Citigroup Inc., the world's largest bank, agreed to pay $208 million to settle charges that two of its subsidiaries pocketed savings that should have been passed on to the firm's mutual fund investors.
The settlement with the Securities and Exchange Commission is the latest in a string of regulatory setbacks that have embarrassed Citigroup chief executive Charles O. Prince III and depressed the bank's stock price.
In recent months, regulators closed Citigroup's Japanese private bank, and British authorities investigated a big bond trade in London in which the company was fined for lack of proper controls. Last year, Citigroup agreed to pay $2.6 billion to settle a class-action suit filed by WorldCom Inc. investors.
In the settlement announced Tuesday, the SEC alleged that two Citigroup subsidiaries, Citigroup Global Markets Inc. and Smith Barney Fund Management, shortchanged investors in Citigroup mutual funds when they recommended to the funds' directors that they use a new transfer agent without disclosing that the transfer agent was a Citigroup subsidiary. (Transfer agents keep records for mutual funds on account balances, stock purchases, sales and other items.)
The SEC alleged that the Citigroup subsidiaries arranged for the third-party firm that previously acted as the transfer agent to continue to do much of the work at a deep discount. The SED said that instead of passing savings from the discount on to the mutual fund investors, the Citigroup subsidiaries, through their affiliated transfer agent, pocketed the money, about $100 million over a five-year period.
"Basically, the essence of the wrongdoing here is that [Citigroup] put its interest in making a profit ahead of its duty to act in the best interests of its mutual fund investors," Mark K. Schonfeld, director of the SEC's Northeastern regional office, said in an interview.
Citigroup did not admit or deny wrongdoing as part of the settlement. In a prepared statement, the firm's president and chief operating officer, Robert B. Willumstad, said: "We recognize that aspects of the transfer agency arrangements entered into six years ago did not reflect the way we think business should be done, and that is unacceptable. We are pleased to resolve this matter."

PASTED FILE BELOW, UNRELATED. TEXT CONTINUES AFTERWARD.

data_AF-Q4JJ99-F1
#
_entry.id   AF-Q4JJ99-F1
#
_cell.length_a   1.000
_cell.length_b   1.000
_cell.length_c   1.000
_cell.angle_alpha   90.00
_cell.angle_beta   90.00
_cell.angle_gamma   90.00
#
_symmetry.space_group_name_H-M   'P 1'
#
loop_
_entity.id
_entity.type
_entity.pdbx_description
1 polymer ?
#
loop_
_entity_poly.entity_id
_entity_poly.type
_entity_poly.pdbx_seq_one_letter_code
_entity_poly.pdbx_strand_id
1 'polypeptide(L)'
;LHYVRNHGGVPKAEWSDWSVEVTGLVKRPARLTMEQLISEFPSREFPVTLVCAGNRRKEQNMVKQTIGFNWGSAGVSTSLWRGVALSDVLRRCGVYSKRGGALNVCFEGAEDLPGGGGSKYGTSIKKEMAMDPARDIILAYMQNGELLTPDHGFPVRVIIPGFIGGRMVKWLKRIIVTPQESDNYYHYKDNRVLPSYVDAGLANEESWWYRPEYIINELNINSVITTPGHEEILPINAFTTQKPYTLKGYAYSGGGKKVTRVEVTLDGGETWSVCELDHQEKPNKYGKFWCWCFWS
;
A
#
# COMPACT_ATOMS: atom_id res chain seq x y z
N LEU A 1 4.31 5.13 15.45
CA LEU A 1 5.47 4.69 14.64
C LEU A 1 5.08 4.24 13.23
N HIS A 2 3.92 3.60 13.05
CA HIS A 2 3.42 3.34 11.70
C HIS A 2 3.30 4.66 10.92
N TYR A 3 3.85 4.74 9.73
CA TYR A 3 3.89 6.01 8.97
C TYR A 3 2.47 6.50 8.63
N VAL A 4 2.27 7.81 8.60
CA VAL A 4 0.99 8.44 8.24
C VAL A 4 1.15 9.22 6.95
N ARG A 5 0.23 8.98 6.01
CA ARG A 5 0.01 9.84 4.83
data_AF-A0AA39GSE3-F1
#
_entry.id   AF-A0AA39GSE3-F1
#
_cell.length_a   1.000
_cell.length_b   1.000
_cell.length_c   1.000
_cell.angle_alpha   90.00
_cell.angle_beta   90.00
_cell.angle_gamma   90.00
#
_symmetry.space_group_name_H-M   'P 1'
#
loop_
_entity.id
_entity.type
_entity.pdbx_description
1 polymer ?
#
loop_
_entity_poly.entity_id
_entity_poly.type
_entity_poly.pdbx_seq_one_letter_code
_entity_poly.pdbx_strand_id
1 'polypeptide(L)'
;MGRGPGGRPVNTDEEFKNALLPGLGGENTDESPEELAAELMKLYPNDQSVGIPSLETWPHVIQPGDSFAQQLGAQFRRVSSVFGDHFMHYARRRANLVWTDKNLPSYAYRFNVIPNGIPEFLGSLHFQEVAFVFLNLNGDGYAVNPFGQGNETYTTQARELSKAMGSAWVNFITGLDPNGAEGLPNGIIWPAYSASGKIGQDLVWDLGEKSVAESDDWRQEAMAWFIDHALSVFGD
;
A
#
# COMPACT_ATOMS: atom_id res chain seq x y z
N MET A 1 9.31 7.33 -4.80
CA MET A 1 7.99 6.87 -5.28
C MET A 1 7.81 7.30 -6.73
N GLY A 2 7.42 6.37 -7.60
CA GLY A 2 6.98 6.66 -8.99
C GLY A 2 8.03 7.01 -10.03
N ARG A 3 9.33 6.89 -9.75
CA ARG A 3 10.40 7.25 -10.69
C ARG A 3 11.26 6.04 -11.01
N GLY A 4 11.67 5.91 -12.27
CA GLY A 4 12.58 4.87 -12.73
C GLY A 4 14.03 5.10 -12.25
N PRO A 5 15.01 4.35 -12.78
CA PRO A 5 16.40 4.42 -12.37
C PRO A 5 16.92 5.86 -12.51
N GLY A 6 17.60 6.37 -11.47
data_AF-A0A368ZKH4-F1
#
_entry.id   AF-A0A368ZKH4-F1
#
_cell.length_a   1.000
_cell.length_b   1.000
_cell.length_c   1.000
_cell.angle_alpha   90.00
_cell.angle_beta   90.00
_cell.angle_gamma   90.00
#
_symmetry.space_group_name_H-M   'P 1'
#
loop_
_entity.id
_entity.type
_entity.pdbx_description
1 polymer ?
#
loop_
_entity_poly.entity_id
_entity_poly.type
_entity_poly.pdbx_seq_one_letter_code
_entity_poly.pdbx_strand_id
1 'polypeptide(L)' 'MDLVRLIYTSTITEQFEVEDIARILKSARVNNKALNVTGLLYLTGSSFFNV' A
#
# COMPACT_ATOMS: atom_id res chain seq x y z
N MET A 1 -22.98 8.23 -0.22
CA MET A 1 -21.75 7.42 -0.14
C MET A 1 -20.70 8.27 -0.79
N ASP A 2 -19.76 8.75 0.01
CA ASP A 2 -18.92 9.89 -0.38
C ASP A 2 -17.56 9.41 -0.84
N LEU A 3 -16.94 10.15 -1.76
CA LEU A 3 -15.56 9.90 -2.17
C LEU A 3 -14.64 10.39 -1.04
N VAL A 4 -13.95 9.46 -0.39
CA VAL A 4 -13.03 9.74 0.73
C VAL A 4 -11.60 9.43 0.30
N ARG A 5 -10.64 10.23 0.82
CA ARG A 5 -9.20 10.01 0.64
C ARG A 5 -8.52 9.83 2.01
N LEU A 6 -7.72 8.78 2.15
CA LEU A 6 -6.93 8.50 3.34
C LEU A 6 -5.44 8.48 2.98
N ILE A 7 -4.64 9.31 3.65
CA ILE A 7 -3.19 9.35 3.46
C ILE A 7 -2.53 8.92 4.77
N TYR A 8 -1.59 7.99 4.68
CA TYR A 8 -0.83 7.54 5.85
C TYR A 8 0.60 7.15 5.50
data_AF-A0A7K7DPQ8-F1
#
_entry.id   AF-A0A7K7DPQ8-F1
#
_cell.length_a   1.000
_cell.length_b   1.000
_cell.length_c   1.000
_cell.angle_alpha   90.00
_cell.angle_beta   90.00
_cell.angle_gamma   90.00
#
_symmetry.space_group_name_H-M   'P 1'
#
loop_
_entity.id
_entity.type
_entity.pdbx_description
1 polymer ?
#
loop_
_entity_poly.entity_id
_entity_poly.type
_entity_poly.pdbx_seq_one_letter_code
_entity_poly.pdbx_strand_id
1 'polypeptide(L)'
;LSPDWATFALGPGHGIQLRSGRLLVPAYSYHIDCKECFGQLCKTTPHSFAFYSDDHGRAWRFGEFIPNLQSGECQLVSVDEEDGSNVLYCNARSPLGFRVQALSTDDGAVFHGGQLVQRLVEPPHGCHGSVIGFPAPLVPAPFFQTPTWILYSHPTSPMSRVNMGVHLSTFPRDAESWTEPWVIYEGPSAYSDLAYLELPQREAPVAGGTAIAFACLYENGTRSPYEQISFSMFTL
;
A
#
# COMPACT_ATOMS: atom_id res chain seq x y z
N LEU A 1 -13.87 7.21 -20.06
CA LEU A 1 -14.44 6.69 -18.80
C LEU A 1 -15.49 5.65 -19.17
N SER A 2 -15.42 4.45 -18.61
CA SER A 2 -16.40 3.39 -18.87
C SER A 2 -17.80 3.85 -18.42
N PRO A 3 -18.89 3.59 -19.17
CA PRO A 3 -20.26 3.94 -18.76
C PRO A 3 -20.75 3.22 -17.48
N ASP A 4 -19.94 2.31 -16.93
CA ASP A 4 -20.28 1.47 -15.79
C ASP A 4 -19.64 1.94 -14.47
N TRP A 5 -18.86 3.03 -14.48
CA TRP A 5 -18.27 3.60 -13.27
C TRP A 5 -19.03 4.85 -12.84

As part of the settlement, Citigroup agreed to repay $128 million, including interest, and $80 million in penalties. The firm will design a distribution plan, subject to SEC approval, that would send the settlement money back to its mutual fund investors. Citigroup also agreed that in the future it will seek competitive outside bids if one of its affiliates seeks to serve as a transfer agent for the firm's mutual funds.
Richard X. Bove, a banking industry analyst at Punk, Ziegel & Co., said that while the size of the settlement is insignificant for a firm as big as Citigroup, it nonetheless contributes to the perception that the bank is too big to manage. Bove said all the negative regulatory headlines keep Citigroup's stock trading at about 11 or 12 times earnings, a low multiple given Citigroup's consistently dazzling earnings performance.
"The multiple on the stock is impacted by the fact that these things just seem to keep happening," Bove said. Citigroup shares closed at $47.11 on Tuesday, down 17 cents, or 0.4 percent. Citigroup disclosed the transfer agent probe in 2003. The firm has also disclosed that Thomas Jones, former head of Citigroup's investment management unit and two others who were not identified could face civil actions in the probe. The SEC said its investigation into individuals was continuing.